Dedicated to Anton Chekhov on his 150th birthday
Premiered at Teatro Real on February 17, 2010
"The Infinite Orchard" is dedicated to Anton Chekhov. I tried to feel myself inside this man, live the way he lived and feel how he felt about the likes of him and world he lived in. The Infinite Orchard is not based on any particular work. I didn’t want any allusions or story-lines to have an effect upon the perception of this production, which is essentially abstract. I derived inspiration fr om the writer’s artistic world, especially its spiritual component, and fr om his view of the world so that afterwards I could come up with my own vision.
As a musical score I chose in the first plays the four Hymns by Alfred Schnitke, both because this is beautiful music and because I found them to be consonant with Chekhov’s world. In the meantime I asked Pedro Alcalde and Serjio Caballero to think of an original music that would fit in with the general musical architecture of the ballet. In the process of this work the idea sprang up to use extracts from Chekhov’s “Notebooks”. <...> The choreography doesn’t reflect the text in a straight way but makes use of its musicality. In the final phase of the work we added Schnitke’s Holy Hymn for a capella and fragments from Chaikovsky’s pieces as tribute to the composer who was so much admired by Chekhov and some natural sound that we didn’t expect to create any allusions.
The sets designed by Jaffar Chalabi can takes us to all different locales. We can see the outlines of Moscow buildings and steppe landscapes. We can picture the roofs of the houses or slopes of the hills. When the entire structure of the sets is lowered to the stage floor level, the scenic space contracts to create a room, Chekhov’s study, for instance, or a lane wh ere the action of one of his short stories is set. When the structure is lifted we can discern the open spaces of forests and mountains.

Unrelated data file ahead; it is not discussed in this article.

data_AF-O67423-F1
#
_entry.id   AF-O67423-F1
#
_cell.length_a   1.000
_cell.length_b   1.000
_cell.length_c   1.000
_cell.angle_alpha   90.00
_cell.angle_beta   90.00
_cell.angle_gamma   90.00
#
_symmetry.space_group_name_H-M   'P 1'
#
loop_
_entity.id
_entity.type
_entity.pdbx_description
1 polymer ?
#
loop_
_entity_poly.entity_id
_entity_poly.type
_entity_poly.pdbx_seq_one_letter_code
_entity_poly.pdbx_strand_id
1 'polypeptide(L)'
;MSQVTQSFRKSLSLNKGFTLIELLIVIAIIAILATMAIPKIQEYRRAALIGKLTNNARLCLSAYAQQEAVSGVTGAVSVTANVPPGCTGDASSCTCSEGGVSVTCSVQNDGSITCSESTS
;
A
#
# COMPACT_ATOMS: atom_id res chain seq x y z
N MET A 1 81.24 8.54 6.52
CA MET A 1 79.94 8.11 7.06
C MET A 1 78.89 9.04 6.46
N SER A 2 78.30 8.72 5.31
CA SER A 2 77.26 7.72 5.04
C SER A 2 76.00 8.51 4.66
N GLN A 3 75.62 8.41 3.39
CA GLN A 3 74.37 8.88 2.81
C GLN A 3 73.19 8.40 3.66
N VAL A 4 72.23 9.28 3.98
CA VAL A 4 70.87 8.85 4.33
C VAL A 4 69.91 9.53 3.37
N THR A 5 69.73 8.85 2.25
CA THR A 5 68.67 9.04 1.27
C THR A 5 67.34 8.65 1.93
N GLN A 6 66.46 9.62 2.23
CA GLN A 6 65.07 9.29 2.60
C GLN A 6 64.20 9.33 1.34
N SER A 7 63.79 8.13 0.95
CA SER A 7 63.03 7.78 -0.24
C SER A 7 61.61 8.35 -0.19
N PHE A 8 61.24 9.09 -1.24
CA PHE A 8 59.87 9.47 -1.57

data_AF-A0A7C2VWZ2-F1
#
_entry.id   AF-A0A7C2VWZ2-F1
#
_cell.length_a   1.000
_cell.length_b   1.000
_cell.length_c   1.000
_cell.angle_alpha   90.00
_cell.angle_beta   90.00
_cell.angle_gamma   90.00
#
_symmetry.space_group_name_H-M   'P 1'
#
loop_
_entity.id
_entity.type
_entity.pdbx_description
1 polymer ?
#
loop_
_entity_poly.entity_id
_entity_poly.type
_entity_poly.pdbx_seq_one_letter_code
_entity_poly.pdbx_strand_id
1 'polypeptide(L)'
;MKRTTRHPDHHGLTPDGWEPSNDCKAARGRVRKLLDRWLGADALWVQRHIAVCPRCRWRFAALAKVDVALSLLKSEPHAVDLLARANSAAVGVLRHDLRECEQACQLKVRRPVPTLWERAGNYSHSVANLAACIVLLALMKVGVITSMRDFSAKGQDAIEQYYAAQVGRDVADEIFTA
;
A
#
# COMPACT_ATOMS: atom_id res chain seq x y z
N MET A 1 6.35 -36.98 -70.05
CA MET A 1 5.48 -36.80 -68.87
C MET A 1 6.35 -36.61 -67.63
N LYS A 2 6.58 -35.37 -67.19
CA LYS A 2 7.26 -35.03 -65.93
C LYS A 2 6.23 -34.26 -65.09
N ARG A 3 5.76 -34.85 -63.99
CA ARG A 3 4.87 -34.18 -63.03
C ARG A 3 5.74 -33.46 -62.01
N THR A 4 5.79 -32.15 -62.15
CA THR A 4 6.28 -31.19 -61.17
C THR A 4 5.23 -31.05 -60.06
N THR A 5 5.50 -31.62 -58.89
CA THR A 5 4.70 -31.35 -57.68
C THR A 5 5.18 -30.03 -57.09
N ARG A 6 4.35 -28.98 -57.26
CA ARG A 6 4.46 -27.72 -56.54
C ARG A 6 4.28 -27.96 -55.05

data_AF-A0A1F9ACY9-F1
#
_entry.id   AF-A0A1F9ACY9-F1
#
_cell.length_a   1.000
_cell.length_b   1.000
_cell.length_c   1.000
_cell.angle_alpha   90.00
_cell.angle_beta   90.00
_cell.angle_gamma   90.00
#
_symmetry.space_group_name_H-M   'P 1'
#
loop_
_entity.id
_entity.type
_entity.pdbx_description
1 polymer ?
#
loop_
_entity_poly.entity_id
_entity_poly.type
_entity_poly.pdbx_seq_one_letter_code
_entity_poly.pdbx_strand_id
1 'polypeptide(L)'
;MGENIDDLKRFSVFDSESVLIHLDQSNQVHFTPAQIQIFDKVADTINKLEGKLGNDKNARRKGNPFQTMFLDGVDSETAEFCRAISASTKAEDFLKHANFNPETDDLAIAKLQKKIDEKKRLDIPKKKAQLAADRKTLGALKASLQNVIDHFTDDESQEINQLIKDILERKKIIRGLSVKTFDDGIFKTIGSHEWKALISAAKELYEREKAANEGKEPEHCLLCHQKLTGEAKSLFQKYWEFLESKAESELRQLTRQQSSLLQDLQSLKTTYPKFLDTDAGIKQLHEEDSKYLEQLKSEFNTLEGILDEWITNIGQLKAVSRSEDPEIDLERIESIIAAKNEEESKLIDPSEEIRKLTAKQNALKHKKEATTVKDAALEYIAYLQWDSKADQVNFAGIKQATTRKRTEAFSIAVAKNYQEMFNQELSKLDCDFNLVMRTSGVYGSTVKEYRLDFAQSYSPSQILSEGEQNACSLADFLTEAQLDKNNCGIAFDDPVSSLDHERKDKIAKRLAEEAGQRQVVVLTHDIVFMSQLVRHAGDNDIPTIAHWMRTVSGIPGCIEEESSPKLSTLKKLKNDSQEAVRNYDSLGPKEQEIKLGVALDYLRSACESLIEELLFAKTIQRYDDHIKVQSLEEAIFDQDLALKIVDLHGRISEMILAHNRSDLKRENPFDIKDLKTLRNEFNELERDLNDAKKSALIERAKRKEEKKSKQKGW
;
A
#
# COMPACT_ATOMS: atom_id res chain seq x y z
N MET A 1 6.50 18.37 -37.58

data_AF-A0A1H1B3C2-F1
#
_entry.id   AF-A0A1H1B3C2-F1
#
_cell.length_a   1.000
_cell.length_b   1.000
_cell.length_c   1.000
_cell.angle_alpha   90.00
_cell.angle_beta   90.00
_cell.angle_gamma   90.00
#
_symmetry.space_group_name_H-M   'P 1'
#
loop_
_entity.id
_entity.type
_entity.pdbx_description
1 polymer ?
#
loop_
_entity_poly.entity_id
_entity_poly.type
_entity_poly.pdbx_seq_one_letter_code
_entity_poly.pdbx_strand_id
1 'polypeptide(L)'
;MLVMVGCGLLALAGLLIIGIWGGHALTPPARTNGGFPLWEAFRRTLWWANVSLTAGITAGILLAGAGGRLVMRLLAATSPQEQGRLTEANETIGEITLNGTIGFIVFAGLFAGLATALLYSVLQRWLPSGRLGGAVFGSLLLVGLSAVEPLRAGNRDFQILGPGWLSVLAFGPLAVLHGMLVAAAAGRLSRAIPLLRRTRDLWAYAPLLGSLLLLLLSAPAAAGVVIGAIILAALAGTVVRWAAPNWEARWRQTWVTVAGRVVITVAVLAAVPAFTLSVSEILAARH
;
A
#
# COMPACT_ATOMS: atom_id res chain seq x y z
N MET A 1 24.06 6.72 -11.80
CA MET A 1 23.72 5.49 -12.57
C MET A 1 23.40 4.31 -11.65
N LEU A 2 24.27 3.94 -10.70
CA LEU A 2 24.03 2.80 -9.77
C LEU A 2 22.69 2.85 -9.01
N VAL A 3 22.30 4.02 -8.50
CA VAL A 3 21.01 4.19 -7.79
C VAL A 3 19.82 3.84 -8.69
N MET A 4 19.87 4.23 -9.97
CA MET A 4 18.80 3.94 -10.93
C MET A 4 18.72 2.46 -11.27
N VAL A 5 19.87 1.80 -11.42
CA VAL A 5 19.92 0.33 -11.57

Another writer and doctor who was Chekhov’s contemporary, Arthur Schnitzler, referred to human soul as ‘a vast land’. Chekhov spent his life contemplating, depicting and cultivating this land with thoroughness and care of a gardener looking after an orchard. His clear vision of the fragility and complexity of human relationships are given expression in his writings. The title of the ballet, “The Infinite Orchard”, relates to this vision. Besides, I am firmly convinced that the work of any great artist is infinite, endless and not death-pron.
The expertise of the troupe is amazing. Everything is unified and harmonized, adaptable and sensual. The dancers have perfectly mastered Nacho Duato’s choreographic language. This production of “The Infinite Orchard” has been in the focus of many debates but even though it seems to be excessively long there are moments of extraordinary and undoubted beauty.
Fernando Errera, Notre Castilla
Duato’s distinctive style shows itself again – the beauty of a sketch and multidimensional expressivity in keeping with the modulations and accents placed by this very musical choreographer ».
Julia Martin, «El Mundo»
Duato is certainly worthy of profound analysis, even thought it may turn out to be contrary to the opinion of his devotees who are used to more direct, festive and down-to-earth stagings
Omar Kahn. «El Pais»4
The motif of the ‘orchard’ seems to be one of the choreographer’s favorite. He already staged The Fenced Orchard and now Chekhov has inspired him to create “The Infinite Orchard”(the title no doubt referring to Chekhov’s “The Cherry Orchard”). Duato visualizes the writer’s inner world as an orchard or words wh ere the language creates numerous combinations. Heard during the performance is the voice of a TV broadcaster Lev Nikolayev: the choreographer decided that the muffled and a little bit tired timbre is most suitable to convey the Chekhovian ambiance. <...>
He created what might be called ‘a structuralistic’ ballet that studies the text as one studies life and visa versa. In the meantime, he managed to avoid the coldness of structuralism. His ballet is about the sweet anguish of creating – this ‘lofty sickness’ to quote Boris Pasternak.
Maya Krylova, «Novye Izvestia